Texas History is filled with men that are larger-than-life characters. A short list of such people would include James Bowie, Davy Crockett and William B. Travis, defenders of the Alamo, all. There’s one man, however, that is, in my opinion, probably the most influential man in the history of Texas. The largest city in the state is named for him, a county is named for him, streets, arenas and schools are named for him. You’ve guessed by now that I am referring to Sam Houston. Houston was truly larger than life in one regard in that he was 6’6″ tall, compared to the average man of the time who was about 5’7″. (I’m working off memory here, so I may be off an inch or so for either number).

Houston not only cast a large shadow as a man, but also cast a mighty long shadow as a soldier and politician. He is the only man to ever be Governor of two states, Tennessee from 1827-1829 and, of course, Texas from 1859-1861. He was a Senator from Texas from 1846-1859 and was the first (elected) and the third President of Texas.

He was a veteran of the War of 1812, but Houston’s greatest claim to fame, even if he never held elective office, was as the commander of the Texian Army that defeated General Santa Ana at San Jacinto, securing Texas’ independence from Mexico and therefore assuring him a prominent place in Texas History. A quick piece of trivia here, Houston was born on March 2, which, as fate would have it, is same date as Texas Independence Day.

Sam Houston was also a great friend of and advocate for the Indians of Arkansas, Tennessee and Texas. At one time he was granted citizenship as member of the Cherokee Nation. Houston was known to partake in an adult beverage or twelve and the Cherokee gave him the nickname of Big Drunk. His close friendship with the Cherokee caused quite a stir in Washington, D.C., especially with Houston’s friend and mentor, Andrew Jackson. Here’s an excerpt from wikipedia regarding this matter, “In 1830 and again in 1832 Houston visited Washington, DC to expose the frauds which government agents committed against the Cherokee.[5] While he was in Washington in April 1832, anti-Jacksonian Congressman William Stanbery of Ohio made accusations about Houston in a speech on the floor of Congress. Attacking Jackson through his protégé, Stanbery accused Houston of being in league with John Van Fossen and Congressman Robert S. Rose. The three men had bid on supplying rations to the various tribes of Native Americans who were being forcibly relocated because of Jackson’s Indian Removal Act of 1830. After Stanbery refused to answer Houston’s letters about the accusation, Houston confronted him on Pennsylvania Avenue and beat him with a hickory cane. Stanbery drew one of his pistols and pulled the trigger—the gun misfired. On April 17 Congress ordered Houston’s arrest. Pleading self-defense, he hired Francis Scott Key as his lawyer. Houston was found guilty, but thanks to highly placed friends (among them James K. Polk), he was only lightly reprimanded. Stanbery filed charges against Houston in civil court. Judge William Cranch found Houston liable, and fined him $500. Houston left the United States for Mexico, without paying the fine.” And with that, Houston packed up his toys and headed for Texas. The rest of the Wikipedia article has some great biographical info on :Big Drunk”. When you get a few minutes, it’s well worth the read.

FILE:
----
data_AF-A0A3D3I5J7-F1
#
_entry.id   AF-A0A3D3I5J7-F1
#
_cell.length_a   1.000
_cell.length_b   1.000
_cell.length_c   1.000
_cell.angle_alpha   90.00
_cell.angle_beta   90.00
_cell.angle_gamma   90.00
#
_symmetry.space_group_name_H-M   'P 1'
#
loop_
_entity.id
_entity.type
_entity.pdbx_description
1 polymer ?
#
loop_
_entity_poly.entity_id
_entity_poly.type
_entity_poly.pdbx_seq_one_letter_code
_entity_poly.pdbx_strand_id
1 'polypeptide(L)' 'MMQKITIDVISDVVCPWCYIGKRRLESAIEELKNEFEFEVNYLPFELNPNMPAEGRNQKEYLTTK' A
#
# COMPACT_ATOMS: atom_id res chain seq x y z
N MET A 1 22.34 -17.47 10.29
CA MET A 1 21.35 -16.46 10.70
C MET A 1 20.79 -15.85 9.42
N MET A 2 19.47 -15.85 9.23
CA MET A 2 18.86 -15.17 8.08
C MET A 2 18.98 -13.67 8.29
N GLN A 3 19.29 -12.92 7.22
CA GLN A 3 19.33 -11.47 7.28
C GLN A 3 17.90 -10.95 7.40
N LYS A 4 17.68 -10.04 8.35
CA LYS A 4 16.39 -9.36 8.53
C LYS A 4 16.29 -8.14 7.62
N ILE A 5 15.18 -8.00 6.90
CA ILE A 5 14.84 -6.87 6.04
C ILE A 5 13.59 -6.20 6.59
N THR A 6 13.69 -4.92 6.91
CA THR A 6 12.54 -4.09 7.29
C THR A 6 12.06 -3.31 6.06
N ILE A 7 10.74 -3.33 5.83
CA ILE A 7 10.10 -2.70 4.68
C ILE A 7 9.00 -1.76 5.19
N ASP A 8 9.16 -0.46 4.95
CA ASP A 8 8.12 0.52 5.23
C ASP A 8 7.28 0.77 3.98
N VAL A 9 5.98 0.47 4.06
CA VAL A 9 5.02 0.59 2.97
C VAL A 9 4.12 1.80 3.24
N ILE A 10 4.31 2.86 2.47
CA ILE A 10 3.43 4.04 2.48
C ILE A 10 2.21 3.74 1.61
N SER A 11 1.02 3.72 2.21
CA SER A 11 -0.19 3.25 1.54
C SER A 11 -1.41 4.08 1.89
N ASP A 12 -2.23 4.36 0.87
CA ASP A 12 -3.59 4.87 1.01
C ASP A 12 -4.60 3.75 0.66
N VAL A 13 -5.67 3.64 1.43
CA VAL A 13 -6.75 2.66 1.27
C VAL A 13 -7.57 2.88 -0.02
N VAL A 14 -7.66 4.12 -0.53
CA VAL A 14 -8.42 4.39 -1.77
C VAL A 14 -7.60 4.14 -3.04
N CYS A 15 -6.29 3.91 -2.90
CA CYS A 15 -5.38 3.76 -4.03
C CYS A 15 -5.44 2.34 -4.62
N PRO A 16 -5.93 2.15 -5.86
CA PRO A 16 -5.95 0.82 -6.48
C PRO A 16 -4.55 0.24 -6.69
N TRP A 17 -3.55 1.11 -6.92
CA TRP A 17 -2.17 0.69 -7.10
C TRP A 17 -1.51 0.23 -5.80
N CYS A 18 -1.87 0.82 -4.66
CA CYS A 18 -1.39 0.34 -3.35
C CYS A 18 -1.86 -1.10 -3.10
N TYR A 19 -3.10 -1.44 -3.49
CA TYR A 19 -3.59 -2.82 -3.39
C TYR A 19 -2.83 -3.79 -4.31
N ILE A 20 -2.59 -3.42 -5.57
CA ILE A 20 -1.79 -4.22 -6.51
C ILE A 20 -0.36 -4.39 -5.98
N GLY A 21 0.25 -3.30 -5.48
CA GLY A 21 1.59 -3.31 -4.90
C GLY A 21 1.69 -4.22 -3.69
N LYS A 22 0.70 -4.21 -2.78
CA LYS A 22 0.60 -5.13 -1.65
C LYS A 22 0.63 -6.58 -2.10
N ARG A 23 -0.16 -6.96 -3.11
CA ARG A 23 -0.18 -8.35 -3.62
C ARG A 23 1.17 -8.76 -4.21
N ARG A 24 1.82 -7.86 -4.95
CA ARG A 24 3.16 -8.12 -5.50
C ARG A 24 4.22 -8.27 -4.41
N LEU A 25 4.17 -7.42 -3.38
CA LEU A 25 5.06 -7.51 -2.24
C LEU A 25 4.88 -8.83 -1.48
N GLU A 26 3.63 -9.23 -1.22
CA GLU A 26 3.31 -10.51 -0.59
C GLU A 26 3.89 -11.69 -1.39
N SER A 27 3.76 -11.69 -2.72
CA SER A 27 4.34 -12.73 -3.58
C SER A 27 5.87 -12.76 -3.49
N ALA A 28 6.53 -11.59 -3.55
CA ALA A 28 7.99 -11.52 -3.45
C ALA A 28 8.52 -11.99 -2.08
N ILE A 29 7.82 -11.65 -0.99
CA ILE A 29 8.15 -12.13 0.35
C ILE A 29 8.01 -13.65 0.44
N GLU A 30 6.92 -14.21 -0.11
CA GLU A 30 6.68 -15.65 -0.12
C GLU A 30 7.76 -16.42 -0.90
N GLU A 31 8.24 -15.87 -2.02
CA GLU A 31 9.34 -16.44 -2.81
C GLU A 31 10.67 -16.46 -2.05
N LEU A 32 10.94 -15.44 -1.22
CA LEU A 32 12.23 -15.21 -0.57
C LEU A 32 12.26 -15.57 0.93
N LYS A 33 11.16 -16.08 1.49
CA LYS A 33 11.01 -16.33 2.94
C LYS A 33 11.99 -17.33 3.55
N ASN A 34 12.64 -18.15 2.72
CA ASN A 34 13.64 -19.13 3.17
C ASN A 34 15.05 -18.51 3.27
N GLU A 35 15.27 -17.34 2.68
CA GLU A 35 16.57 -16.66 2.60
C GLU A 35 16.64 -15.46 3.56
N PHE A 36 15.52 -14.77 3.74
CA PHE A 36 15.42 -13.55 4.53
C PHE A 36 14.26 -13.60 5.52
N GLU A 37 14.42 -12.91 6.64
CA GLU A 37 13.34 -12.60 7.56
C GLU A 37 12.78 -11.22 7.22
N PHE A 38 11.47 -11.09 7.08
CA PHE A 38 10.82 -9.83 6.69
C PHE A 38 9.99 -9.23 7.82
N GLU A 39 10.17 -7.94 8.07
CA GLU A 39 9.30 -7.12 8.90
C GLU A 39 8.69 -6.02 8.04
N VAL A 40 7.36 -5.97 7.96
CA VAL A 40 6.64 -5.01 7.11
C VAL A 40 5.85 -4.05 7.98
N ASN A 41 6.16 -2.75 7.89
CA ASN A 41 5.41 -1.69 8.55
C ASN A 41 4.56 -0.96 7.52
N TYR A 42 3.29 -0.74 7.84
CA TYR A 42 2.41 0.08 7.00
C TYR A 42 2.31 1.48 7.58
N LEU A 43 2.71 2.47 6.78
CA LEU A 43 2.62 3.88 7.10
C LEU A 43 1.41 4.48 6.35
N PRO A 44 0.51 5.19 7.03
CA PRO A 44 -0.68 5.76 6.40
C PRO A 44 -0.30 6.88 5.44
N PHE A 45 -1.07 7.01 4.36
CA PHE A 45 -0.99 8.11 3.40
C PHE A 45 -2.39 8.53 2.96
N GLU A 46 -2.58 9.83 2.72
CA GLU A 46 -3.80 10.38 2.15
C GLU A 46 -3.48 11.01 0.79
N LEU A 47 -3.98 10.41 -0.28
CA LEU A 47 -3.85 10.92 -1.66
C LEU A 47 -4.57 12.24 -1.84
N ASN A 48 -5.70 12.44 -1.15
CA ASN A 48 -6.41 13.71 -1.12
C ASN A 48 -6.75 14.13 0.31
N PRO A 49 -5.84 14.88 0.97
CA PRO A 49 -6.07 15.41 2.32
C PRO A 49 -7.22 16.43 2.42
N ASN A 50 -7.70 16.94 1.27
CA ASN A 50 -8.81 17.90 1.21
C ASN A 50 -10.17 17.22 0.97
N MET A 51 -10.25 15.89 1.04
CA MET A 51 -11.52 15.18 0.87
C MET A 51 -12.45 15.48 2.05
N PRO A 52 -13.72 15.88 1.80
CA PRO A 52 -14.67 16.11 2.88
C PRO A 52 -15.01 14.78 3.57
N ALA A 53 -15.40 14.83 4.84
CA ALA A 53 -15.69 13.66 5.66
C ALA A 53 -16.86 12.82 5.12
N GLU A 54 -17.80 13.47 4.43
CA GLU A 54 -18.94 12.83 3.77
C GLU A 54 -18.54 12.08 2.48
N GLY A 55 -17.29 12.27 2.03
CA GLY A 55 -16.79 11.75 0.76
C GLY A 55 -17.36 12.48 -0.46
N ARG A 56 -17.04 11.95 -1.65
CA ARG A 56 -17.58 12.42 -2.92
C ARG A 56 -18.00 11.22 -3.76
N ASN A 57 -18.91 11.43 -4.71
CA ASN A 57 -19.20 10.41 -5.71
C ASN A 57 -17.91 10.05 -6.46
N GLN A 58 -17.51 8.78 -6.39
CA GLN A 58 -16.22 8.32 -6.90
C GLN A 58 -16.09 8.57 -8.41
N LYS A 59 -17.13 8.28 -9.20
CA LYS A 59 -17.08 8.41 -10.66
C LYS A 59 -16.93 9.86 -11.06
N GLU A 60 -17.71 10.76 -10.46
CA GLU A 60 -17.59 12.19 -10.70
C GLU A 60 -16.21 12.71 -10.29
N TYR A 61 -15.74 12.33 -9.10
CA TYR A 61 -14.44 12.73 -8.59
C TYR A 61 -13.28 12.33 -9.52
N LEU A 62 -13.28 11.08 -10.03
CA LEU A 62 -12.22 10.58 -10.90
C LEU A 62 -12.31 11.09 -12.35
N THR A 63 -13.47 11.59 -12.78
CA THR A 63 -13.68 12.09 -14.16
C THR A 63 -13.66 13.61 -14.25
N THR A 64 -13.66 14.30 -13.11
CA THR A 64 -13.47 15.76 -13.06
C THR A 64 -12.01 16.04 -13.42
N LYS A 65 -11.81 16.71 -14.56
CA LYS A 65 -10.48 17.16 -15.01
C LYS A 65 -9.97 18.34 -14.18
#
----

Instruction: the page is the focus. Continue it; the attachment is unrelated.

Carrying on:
Years ago, I read an outstanding book on Sam Houston and I am ashamed to say that I don’t remember the title nor the author. I say that in order to point out what a fascinating subject Sam Houston is and just about any book about him would make for some very interesting reading. He was quite a colorful character who was much more than just the man who won the decisive battle for Texas’ independence, Sam Houston was a statesman, Governor, Senator and President and by the Grace of God, a Texan.

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